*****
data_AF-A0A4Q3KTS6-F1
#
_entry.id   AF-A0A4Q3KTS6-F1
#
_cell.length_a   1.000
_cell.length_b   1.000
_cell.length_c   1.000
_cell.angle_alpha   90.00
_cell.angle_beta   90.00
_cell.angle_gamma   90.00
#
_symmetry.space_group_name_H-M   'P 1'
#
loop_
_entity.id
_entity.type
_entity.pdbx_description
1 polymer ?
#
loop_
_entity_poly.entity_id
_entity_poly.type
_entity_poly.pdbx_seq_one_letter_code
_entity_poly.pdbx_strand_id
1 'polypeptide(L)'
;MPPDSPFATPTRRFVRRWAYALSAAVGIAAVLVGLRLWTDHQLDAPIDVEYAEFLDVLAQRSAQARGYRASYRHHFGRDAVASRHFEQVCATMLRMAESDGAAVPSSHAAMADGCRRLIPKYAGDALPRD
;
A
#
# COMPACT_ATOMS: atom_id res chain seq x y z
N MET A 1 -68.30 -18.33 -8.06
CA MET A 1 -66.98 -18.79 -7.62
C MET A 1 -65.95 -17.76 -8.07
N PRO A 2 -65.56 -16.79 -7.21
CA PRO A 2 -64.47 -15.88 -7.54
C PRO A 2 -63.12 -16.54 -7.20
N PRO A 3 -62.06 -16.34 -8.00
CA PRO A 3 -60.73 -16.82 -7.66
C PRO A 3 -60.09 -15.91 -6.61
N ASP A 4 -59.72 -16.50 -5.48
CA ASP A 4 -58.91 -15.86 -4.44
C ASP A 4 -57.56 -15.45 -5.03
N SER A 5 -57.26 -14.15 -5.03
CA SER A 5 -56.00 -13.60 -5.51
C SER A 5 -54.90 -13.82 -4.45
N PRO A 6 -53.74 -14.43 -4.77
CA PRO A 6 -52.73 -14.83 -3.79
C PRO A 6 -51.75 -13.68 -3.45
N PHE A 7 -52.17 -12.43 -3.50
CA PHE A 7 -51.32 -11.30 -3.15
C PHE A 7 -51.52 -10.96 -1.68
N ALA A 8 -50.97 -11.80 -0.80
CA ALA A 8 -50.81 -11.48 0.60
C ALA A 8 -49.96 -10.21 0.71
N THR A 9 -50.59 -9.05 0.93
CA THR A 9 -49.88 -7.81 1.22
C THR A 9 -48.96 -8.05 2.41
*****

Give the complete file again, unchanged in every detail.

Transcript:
data_AF-A0A4Q3KTS6-F1
#
_entry.id   AF-A0A4Q3KTS6-F1
#
_cell.length_a   1.000
_cell.length_b   1.000
_cell.length_c   1.000
_cell.angle_alpha   90.00
_cell.angle_beta   90.00
_cell.angle_gamma   90.00
#
_symmetry.space_group_name_H-M   'P 1'
#
loop_
_entity.id
_entity.type
_entity.pdbx_description
1 polymer ?
#
loop_
_entity_poly.entity_id
_entity_poly.type
_entity_poly.pdbx_seq_one_letter_code
_entity_poly.pdbx_strand_id
1 'polypeptide(L)'
;MPPDSPFATPTRRFVRRWAYALSAAVGIAAVLVGLRLWTDHQLDAPIDVEYAEFLDVLAQRSAQARGYRASYRHHFGRDAVASRHFEQVCATMLRMAESDGAAVPSSHAAMADGCRRLIPKYAGDALPRD
;
A
#
# COMPACT_ATOMS: atom_id res chain seq x y z
N MET A 1 -68.30 -18.33 -8.06
CA MET A 1 -66.98 -18.79 -7.62
C MET A 1 -65.95 -17.76 -8.07
N PRO A 2 -65.56 -16.79 -7.21
CA PRO A 2 -64.47 -15.88 -7.54
C PRO A 2 -63.12 -16.54 -7.20
N PRO A 3 -62.06 -16.34 -8.00
CA PRO A 3 -60.73 -16.82 -7.66
C PRO A 3 -60.09 -15.91 -6.61
N ASP A 4 -59.72 -16.50 -5.48
CA ASP A 4 -58.91 -15.86 -4.44
C ASP A 4 -57.56 -15.45 -5.03
N SER A 5 -57.26 -14.15 -5.03
CA SER A 5 -56.00 -13.60 -5.51
C SER A 5 -54.90 -13.82 -4.45
N PRO A 6 -53.74 -14.43 -4.77
CA PRO A 6 -52.73 -14.83 -3.79
C PRO A 6 -51.75 -13.68 -3.45
N PHE A 7 -52.17 -12.43 -3.50
CA PHE A 7 -51.32 -11.30 -3.15
C PHE A 7 -51.52 -10.96 -1.68
N ALA A 8 -50.97 -11.80 -0.80
CA ALA A 8 -50.81 -11.48 0.60
C ALA A 8 -49.96 -10.21 0.71
N THR A 9 -50.59 -9.05 0.93
CA THR A 9 -49.88 -7.81 1.22
C THR A 9 -48.96 -8.05 2.41